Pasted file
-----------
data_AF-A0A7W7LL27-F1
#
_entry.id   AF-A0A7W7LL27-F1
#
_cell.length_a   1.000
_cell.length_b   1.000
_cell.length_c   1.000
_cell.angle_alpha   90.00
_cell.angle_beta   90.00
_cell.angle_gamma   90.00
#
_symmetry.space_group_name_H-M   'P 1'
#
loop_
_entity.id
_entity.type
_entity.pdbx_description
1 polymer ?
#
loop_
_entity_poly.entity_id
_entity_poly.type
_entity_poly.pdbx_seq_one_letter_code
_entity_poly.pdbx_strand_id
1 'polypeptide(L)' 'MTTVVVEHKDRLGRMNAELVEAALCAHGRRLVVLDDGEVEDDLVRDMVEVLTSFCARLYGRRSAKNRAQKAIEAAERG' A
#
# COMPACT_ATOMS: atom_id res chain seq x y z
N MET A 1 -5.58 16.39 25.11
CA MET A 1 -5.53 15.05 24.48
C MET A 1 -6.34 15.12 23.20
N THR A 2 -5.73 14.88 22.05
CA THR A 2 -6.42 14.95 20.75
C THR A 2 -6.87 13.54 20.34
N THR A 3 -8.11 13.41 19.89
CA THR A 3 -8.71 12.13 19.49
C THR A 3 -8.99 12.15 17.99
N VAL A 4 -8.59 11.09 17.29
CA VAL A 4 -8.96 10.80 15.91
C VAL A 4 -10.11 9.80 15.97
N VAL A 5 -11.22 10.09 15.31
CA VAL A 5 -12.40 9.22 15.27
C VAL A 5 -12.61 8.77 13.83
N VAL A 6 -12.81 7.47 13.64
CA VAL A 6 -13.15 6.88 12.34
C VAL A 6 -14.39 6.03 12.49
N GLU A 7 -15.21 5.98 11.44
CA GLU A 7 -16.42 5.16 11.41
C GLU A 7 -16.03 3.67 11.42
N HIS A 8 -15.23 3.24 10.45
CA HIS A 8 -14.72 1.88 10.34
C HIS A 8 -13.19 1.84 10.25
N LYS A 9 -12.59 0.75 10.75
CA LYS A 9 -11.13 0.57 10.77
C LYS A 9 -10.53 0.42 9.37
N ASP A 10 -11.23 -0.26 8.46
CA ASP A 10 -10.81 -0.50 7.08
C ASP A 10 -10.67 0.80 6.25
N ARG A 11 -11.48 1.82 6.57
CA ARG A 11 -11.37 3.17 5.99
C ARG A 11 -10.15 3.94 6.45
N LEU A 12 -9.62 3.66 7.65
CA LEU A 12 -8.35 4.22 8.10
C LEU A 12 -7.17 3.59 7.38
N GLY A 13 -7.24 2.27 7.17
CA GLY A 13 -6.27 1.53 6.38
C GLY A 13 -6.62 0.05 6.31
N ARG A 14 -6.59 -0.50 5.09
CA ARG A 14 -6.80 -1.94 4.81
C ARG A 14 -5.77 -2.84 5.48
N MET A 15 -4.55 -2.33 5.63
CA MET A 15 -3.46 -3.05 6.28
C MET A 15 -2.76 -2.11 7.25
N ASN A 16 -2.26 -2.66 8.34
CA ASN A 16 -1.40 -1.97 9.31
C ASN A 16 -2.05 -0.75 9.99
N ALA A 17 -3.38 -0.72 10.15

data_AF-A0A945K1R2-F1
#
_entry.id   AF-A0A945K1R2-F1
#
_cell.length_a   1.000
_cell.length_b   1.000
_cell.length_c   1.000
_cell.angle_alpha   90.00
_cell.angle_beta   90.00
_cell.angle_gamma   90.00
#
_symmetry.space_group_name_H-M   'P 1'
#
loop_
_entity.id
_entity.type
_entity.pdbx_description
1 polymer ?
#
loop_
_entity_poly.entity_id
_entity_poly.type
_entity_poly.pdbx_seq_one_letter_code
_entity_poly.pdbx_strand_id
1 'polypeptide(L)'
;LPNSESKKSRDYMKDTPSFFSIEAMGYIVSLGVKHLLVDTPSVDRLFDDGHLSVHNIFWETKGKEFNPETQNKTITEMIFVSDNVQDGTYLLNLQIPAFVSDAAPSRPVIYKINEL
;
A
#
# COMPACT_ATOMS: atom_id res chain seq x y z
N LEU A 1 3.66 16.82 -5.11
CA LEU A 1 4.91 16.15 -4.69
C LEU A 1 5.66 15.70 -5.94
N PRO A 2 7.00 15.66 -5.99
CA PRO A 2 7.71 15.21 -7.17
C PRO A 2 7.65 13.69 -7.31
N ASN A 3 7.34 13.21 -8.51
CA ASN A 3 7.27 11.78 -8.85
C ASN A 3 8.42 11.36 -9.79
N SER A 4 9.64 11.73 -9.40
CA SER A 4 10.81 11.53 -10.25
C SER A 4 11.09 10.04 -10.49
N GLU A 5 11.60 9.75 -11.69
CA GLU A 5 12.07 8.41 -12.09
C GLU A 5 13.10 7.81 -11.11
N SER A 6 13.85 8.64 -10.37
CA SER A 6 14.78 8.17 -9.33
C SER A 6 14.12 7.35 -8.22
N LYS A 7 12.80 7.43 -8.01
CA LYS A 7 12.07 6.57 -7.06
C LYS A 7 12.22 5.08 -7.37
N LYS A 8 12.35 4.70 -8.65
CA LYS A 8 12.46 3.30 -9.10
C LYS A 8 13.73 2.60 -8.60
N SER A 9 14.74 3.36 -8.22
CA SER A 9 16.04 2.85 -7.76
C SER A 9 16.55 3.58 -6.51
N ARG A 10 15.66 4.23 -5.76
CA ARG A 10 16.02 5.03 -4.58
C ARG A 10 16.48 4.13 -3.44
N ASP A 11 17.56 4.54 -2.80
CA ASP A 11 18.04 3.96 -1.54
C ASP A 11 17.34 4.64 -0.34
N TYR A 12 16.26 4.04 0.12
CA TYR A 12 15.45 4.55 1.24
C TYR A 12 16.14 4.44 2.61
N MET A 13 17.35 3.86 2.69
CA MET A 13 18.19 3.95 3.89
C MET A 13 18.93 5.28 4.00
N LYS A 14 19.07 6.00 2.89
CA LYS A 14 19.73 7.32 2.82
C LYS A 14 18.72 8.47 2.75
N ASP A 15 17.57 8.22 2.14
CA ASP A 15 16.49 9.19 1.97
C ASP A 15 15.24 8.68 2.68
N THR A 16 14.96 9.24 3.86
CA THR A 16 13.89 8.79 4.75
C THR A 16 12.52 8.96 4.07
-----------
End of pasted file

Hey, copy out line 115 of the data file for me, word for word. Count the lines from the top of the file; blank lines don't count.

C ASN A 3 8.42 11.36 -9.79